Nature is amazing; the birth and growth of turkey poults prove my point.
Weeks before breeding, turkey hens find a protected place (on the ground) for their eggs.
After breeding, hens lay their eggs in that prepared nest. They usually lay one/day for a total of about 12 eggs (these are averages; there’s no hard rule).
The hens will feed before and after laying their eggs. If not sitting on the nest, she roosts nearby. If predators destroy the nest while she is feeding, the hen will breed again and lay her eggs in a new nesting area.
She occasionally turns the eggs and clucks to her eggs.
Incubation and Birthing
The incubation period is between 26 and 28 days and the hen stays on the nest. Two or 3 days before birth, the poult eggs start making noises. Mother hen clucks to them regularly.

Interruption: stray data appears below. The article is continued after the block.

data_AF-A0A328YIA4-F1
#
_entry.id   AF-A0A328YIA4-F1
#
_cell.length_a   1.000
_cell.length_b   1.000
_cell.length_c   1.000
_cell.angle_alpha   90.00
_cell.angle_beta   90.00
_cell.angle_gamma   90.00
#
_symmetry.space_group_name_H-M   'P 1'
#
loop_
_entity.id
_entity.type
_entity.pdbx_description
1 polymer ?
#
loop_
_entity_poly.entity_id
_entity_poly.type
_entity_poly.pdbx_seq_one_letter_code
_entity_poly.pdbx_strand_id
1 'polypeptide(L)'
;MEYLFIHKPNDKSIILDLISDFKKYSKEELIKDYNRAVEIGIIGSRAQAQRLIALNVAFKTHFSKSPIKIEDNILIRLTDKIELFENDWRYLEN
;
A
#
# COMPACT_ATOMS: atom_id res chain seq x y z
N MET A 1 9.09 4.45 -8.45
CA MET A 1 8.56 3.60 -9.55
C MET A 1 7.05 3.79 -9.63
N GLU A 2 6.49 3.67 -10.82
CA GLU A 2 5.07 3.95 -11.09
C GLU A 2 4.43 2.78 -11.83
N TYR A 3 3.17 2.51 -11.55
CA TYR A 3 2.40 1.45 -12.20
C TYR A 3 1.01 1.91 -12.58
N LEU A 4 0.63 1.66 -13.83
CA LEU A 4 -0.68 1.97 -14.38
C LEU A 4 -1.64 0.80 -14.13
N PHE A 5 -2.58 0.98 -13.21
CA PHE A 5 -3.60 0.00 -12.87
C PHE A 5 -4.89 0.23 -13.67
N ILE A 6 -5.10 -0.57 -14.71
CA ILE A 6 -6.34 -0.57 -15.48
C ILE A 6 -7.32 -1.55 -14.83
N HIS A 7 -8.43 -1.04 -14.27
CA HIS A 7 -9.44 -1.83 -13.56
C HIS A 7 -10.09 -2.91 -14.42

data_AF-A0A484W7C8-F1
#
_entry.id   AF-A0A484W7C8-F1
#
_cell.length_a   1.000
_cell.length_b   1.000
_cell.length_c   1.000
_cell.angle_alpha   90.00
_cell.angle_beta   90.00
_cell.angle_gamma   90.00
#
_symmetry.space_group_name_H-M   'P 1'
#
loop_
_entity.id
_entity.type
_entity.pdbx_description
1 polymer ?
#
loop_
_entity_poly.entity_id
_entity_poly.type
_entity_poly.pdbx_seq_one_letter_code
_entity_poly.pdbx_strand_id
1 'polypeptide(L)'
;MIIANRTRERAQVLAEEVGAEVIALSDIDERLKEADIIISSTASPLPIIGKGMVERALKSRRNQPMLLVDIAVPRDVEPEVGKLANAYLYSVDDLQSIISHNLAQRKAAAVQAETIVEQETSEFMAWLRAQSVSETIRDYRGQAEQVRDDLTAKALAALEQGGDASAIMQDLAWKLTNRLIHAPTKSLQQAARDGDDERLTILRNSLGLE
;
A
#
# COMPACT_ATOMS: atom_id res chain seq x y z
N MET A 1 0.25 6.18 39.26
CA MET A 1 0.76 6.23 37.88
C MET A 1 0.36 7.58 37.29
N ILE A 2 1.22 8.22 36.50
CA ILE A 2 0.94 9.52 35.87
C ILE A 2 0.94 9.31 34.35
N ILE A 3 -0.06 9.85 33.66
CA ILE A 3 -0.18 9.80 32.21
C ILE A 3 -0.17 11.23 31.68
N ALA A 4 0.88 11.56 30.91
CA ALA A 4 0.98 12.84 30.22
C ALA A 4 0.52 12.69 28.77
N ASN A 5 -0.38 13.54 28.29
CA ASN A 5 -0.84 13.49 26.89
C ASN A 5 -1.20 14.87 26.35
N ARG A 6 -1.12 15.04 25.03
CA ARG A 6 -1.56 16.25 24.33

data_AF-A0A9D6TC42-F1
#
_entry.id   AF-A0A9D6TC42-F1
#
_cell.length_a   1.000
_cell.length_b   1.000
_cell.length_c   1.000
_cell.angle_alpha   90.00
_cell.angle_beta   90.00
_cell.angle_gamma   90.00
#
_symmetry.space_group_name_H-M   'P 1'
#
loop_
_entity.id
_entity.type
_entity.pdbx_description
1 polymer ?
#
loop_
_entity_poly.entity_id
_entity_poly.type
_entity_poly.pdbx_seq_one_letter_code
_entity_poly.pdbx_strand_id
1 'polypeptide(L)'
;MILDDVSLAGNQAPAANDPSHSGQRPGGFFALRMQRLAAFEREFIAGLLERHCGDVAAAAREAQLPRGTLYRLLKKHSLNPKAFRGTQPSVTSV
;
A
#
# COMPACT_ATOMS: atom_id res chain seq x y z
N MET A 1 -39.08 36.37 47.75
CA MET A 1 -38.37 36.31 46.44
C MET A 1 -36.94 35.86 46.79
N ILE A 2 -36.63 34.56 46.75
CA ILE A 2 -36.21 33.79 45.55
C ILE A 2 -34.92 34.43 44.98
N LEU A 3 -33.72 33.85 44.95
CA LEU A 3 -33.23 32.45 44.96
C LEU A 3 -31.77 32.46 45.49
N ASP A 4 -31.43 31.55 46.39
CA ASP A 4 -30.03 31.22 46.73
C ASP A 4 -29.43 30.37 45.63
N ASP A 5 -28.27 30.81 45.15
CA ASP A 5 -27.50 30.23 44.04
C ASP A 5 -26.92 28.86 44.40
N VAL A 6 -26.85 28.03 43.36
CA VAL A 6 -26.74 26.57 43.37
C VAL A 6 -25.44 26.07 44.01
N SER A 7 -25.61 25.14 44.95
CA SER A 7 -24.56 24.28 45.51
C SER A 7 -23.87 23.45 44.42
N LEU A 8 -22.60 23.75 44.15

The poult uses an egg tooth to start the egg opening process. He cracks the shell in a fairly even line around the larger end of the egg. This is hard work for the poult and he may take rest breaks before breaking free of the egg. His labors can take about 18 hours.
You can tell the difference between a naturally hatched clutch and a destroyed nest by observing the eggs. The neat chipping of the shell is very different from the ravaging mess predators make.
Within 24 hours of the end of the poult hatchings, they leave the nest for 2 reasons: they are hungry and they want to avoid predators.
Remember imprinting from high school biology? This is the process of social bonding that takes place now, so the poult recognizes his mother’s unique sounds and pitch.
Even if they mix with a variety of other turkey families, when Mother calls, her poults follow.
Next Time: More Wild Times With Poults!
They Sing, They Dance, They Talk! 😉 (Oops, I got a little carried away!)
This blog is a companion to my website: GreatGhilliesAndGraphics.com